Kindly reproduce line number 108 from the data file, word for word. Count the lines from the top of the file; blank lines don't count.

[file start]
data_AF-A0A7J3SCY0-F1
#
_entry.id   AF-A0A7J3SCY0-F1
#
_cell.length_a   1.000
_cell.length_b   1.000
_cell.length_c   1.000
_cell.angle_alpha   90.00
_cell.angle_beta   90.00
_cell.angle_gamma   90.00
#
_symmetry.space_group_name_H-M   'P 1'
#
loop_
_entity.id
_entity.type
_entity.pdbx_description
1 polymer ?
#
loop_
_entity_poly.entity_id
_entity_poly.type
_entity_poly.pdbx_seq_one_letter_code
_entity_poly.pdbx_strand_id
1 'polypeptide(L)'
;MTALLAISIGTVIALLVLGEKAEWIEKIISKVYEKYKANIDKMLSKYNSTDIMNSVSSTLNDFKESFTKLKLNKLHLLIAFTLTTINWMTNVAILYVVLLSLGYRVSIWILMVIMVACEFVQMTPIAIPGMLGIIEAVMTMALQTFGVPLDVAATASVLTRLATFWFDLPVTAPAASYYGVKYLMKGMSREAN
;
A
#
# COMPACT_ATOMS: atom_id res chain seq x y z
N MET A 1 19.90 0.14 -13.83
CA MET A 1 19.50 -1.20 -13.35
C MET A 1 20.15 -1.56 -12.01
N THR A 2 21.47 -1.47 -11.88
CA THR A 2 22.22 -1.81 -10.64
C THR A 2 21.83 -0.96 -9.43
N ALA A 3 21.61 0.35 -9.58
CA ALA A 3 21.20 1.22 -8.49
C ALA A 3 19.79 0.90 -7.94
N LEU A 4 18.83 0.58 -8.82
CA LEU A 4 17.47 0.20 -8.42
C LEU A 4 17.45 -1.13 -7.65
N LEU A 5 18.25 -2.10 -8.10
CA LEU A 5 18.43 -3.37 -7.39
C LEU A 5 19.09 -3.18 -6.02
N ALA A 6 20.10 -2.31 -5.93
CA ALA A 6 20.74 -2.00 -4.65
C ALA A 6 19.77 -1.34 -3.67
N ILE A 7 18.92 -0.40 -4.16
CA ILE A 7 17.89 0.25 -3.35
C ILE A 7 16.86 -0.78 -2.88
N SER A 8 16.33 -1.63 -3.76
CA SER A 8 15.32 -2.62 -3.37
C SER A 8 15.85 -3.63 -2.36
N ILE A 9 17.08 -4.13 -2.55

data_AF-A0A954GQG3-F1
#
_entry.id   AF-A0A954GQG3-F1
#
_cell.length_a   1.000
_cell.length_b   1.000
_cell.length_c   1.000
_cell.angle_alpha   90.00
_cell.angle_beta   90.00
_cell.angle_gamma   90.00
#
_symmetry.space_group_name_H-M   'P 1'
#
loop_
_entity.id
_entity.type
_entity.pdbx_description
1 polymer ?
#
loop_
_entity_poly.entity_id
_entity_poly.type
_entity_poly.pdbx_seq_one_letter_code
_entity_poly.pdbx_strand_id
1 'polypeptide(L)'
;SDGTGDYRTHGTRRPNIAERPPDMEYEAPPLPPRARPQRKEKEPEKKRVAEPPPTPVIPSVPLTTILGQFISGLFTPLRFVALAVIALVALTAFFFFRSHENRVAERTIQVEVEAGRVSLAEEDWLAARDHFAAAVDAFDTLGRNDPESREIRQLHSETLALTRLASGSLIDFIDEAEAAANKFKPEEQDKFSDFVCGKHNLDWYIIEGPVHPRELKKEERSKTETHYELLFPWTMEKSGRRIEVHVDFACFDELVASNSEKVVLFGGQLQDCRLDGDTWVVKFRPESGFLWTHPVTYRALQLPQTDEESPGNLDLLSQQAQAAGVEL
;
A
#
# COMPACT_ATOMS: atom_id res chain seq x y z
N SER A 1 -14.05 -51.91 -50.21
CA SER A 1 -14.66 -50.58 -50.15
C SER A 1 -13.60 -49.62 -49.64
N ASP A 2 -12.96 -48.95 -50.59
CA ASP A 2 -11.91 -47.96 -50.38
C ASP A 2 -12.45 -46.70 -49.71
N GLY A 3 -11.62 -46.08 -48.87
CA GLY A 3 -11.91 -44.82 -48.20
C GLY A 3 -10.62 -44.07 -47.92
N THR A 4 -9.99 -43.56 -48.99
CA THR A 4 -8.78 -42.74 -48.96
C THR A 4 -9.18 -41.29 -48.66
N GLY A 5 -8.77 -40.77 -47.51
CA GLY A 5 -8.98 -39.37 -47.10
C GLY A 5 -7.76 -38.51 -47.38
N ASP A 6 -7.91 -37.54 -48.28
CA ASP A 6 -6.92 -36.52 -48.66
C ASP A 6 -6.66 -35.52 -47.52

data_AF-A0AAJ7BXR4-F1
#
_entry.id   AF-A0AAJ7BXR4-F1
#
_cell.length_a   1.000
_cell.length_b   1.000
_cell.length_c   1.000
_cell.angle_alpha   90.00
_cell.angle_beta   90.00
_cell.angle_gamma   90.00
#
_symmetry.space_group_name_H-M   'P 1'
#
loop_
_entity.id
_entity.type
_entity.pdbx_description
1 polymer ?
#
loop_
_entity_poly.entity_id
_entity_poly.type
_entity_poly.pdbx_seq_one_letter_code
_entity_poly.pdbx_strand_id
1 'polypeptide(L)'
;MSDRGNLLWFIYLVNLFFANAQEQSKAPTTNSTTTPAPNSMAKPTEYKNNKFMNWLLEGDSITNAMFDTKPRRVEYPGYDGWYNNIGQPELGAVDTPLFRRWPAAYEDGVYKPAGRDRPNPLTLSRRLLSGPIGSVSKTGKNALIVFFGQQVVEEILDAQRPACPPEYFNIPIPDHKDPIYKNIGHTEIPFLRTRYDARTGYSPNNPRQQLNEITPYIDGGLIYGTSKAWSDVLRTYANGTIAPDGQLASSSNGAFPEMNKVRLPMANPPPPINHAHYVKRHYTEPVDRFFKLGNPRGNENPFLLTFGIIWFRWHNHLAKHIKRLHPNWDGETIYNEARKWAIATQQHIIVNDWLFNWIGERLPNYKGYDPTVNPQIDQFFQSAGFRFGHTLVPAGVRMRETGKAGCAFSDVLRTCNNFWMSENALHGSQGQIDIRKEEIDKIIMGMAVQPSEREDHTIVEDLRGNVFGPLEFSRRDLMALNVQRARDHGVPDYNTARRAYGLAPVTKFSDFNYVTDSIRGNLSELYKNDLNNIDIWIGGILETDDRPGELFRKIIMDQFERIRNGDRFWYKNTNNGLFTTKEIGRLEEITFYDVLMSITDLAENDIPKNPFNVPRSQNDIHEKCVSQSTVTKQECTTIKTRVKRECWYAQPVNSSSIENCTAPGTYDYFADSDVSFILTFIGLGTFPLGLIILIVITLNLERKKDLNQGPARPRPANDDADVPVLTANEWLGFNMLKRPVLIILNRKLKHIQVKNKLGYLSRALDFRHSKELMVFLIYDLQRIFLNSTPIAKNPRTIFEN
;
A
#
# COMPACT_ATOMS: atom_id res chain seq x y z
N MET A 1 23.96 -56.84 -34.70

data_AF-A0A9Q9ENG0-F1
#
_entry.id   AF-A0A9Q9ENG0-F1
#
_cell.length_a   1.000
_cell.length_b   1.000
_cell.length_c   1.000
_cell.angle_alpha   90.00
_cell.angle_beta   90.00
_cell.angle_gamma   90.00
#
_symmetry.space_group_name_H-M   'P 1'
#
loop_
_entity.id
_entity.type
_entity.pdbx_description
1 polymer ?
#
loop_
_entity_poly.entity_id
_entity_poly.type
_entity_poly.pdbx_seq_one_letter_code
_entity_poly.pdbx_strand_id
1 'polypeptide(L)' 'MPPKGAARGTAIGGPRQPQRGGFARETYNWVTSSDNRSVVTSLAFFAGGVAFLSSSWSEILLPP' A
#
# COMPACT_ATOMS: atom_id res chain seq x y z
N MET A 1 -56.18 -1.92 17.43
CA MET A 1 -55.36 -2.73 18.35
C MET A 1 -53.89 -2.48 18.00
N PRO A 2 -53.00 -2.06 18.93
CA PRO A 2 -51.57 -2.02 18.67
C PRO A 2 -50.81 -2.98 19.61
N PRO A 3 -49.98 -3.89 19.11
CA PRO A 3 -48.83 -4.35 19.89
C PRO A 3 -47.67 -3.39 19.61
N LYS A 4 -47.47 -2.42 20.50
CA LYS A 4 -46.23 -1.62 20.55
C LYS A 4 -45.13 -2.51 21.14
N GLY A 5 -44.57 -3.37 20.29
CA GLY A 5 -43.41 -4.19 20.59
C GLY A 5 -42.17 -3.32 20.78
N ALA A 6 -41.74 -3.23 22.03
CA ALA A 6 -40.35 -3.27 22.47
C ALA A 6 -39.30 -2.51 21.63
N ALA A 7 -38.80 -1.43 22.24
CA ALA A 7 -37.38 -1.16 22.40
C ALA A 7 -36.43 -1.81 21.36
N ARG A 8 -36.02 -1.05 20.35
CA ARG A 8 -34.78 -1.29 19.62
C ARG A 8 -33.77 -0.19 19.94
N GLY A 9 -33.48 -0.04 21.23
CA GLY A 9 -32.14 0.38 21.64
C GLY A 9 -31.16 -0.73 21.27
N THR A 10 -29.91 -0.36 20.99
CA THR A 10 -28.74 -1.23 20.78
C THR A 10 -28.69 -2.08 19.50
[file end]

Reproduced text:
_cell.length_a   1.000